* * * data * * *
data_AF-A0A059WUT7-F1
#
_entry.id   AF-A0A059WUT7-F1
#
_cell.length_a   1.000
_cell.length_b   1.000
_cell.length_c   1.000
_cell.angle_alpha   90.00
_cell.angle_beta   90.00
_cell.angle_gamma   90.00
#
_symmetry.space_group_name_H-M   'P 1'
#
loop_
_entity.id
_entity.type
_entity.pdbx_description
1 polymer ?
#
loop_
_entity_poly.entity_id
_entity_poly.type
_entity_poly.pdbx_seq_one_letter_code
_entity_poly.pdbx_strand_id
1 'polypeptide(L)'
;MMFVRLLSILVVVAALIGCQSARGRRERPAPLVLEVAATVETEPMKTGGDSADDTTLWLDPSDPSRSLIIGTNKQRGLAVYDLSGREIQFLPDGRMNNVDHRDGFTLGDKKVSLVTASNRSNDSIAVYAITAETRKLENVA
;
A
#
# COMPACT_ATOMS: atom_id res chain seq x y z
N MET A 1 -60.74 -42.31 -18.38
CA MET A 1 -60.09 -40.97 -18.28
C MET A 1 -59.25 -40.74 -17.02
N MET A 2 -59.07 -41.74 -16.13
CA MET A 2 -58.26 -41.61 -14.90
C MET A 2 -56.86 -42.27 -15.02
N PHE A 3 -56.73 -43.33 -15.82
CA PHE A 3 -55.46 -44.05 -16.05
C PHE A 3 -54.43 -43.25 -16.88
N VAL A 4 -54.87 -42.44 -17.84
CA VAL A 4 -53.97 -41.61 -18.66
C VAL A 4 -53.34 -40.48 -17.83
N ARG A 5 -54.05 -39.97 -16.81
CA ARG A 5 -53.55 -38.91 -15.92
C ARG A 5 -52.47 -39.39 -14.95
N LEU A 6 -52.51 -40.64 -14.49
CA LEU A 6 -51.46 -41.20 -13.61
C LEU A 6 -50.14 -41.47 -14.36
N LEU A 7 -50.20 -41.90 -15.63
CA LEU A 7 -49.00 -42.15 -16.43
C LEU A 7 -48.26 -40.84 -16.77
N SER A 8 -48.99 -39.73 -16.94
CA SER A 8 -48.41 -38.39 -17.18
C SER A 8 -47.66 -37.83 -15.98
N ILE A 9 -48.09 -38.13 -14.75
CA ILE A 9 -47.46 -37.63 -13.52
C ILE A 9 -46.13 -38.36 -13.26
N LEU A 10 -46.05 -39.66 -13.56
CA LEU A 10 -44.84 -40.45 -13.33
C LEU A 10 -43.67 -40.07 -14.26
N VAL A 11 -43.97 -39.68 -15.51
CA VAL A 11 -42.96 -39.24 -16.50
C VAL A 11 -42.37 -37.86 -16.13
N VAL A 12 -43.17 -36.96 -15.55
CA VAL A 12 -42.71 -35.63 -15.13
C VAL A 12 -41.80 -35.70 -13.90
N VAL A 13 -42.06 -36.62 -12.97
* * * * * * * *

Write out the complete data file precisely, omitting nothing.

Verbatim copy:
data_AF-A0A059WUT7-F1
#
_entry.id   AF-A0A059WUT7-F1
#
_cell.length_a   1.000
_cell.length_b   1.000
_cell.length_c   1.000
_cell.angle_alpha   90.00
_cell.angle_beta   90.00
_cell.angle_gamma   90.00
#
_symmetry.space_group_name_H-M   'P 1'
#
loop_
_entity.id
_entity.type
_entity.pdbx_description
1 polymer ?
#
loop_
_entity_poly.entity_id
_entity_poly.type
_entity_poly.pdbx_seq_one_letter_code
_entity_poly.pdbx_strand_id
1 'polypeptide(L)'
;MMFVRLLSILVVVAALIGCQSARGRRERPAPLVLEVAATVETEPMKTGGDSADDTTLWLDPSDPSRSLIIGTNKQRGLAVYDLSGREIQFLPDGRMNNVDHRDGFTLGDKKVSLVTASNRSNDSIAVYAITAETRKLENVA
;
A
#
# COMPACT_ATOMS: atom_id res chain seq x y z
N MET A 1 -60.74 -42.31 -18.38
CA MET A 1 -60.09 -40.97 -18.28
C MET A 1 -59.25 -40.74 -17.02
N MET A 2 -59.07 -41.74 -16.13
CA MET A 2 -58.26 -41.61 -14.90
C MET A 2 -56.86 -42.27 -15.02
N PHE A 3 -56.73 -43.33 -15.82
CA PHE A 3 -55.46 -44.05 -16.05
C PHE A 3 -54.43 -43.25 -16.88
N VAL A 4 -54.87 -42.44 -17.84
CA VAL A 4 -53.97 -41.61 -18.66
C VAL A 4 -53.34 -40.48 -17.83
N ARG A 5 -54.05 -39.97 -16.81
CA ARG A 5 -53.55 -38.91 -15.92
C ARG A 5 -52.47 -39.39 -14.95
N LEU A 6 -52.51 -40.64 -14.49
CA LEU A 6 -51.46 -41.20 -13.61
C LEU A 6 -50.14 -41.47 -14.36
N LEU A 7 -50.20 -41.90 -15.63
CA LEU A 7 -49.00 -42.15 -16.43
C LEU A 7 -48.26 -40.84 -16.77
N SER A 8 -48.99 -39.73 -16.94
CA SER A 8 -48.41 -38.39 -17.18
C SER A 8 -47.66 -37.83 -15.98
N ILE A 9 -48.09 -38.13 -14.75
CA ILE A 9 -47.46 -37.63 -13.52
C ILE A 9 -46.13 -38.36 -13.26
N LEU A 10 -46.05 -39.66 -13.56
CA LEU A 10 -44.84 -40.45 -13.33
C LEU A 10 -43.67 -40.07 -14.26
N VAL A 11 -43.97 -39.68 -15.51
CA VAL A 11 -42.96 -39.24 -16.50
C VAL A 11 -42.37 -37.86 -16.13
N VAL A 12 -43.17 -36.96 -15.55
CA VAL A 12 -42.71 -35.63 -15.13
C VAL A 12 -41.80 -35.70 -13.90
N VAL A 13 -42.06 -36.62 -12.97